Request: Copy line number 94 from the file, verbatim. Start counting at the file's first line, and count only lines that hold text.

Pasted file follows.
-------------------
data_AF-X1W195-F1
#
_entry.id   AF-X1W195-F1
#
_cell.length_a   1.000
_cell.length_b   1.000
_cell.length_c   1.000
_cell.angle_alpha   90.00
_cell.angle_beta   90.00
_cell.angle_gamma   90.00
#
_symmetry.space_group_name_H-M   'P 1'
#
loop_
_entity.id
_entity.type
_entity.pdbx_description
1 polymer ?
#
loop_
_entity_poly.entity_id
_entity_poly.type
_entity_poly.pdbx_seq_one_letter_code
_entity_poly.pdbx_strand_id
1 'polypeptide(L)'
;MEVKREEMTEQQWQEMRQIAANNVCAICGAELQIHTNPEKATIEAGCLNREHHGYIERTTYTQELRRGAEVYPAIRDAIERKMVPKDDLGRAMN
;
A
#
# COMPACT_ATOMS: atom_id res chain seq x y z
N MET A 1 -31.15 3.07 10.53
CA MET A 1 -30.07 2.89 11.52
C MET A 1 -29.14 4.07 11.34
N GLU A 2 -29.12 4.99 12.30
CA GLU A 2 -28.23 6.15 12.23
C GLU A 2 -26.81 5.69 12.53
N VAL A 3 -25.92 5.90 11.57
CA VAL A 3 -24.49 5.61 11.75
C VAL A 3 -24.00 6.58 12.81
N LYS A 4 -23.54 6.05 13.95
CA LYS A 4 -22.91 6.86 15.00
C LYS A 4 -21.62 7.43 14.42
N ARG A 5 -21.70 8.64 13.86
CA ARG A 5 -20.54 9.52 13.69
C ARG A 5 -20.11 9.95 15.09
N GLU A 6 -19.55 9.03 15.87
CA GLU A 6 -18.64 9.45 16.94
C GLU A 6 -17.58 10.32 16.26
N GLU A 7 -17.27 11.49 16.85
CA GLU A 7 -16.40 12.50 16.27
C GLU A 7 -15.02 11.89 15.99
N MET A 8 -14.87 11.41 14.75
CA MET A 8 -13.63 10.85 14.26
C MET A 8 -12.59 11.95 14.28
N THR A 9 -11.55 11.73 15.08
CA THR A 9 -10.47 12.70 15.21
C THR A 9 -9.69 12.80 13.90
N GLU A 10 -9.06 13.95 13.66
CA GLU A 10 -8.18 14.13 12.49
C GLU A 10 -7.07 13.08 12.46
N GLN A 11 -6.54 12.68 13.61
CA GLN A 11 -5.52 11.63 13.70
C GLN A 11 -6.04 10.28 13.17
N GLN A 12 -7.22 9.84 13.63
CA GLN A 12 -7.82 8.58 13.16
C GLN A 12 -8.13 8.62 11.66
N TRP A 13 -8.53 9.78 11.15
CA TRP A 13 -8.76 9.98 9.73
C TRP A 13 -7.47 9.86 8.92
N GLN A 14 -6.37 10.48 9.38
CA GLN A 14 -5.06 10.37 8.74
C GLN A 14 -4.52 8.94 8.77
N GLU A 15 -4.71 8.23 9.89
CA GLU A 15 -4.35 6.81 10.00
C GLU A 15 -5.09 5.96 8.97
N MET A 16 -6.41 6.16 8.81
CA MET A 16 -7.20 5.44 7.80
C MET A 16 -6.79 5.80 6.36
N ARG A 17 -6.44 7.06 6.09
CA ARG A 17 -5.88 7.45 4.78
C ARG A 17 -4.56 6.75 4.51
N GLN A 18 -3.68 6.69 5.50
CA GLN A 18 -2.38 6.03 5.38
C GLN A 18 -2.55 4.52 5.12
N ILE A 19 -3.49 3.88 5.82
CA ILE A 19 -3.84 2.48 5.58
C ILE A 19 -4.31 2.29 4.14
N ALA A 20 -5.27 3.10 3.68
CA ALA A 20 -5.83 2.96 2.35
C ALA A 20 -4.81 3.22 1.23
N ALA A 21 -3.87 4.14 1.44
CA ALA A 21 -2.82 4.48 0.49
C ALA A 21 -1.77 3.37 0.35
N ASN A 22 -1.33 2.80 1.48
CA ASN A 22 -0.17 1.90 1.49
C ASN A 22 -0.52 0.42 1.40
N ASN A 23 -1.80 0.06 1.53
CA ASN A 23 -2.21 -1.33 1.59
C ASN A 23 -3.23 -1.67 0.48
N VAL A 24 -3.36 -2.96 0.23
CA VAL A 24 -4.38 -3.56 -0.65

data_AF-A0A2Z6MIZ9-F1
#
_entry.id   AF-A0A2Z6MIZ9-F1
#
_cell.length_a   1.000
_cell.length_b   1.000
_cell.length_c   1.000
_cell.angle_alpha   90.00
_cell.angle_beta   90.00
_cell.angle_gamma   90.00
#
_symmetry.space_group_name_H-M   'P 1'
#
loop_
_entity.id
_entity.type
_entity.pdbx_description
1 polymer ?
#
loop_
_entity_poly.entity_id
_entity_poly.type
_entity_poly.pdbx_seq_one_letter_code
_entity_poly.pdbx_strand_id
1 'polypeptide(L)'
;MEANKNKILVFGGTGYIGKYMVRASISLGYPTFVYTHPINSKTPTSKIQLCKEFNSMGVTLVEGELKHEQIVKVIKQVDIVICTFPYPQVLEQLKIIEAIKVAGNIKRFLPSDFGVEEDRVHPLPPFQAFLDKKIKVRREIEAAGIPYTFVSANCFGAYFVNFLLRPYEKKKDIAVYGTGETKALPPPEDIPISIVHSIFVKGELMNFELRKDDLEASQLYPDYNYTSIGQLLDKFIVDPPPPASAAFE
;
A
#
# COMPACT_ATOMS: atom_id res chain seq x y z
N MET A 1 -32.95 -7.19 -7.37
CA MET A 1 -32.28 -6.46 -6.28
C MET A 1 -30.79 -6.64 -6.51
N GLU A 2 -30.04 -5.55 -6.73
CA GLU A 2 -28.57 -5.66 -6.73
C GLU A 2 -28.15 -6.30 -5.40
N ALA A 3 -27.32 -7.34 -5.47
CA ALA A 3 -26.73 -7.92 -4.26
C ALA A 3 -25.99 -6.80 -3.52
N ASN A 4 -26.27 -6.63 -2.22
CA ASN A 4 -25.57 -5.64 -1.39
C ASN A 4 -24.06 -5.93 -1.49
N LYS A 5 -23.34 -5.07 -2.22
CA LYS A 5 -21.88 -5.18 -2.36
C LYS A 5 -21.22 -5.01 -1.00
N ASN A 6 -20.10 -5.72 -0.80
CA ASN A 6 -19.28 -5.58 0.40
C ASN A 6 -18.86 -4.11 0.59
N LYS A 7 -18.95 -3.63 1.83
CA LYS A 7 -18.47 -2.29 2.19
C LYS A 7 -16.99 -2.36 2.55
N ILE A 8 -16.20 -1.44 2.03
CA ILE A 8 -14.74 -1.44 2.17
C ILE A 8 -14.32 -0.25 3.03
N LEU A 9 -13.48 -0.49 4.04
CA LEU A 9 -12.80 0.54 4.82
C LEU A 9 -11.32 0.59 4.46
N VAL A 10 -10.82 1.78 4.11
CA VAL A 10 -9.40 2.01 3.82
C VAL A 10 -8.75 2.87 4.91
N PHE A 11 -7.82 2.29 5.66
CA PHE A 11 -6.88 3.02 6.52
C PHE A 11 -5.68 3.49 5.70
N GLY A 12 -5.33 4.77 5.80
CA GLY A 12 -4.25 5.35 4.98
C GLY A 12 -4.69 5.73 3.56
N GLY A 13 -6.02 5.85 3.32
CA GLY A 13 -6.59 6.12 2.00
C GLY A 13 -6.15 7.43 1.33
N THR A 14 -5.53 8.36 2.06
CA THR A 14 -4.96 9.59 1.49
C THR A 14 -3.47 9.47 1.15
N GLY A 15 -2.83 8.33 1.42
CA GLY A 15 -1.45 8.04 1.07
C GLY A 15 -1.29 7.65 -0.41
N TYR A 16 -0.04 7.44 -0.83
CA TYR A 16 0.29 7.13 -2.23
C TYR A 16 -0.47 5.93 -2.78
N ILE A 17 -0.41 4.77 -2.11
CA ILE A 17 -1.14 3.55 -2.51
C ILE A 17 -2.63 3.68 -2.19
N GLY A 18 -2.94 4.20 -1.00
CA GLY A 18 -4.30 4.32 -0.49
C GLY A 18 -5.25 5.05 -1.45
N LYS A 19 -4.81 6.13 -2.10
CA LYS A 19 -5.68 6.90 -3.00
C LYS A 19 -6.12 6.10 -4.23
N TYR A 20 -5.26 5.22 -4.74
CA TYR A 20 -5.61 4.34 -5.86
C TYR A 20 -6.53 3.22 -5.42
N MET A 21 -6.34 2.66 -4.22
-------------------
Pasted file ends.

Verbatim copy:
N ASN A 22 -1.33 2.80 1.48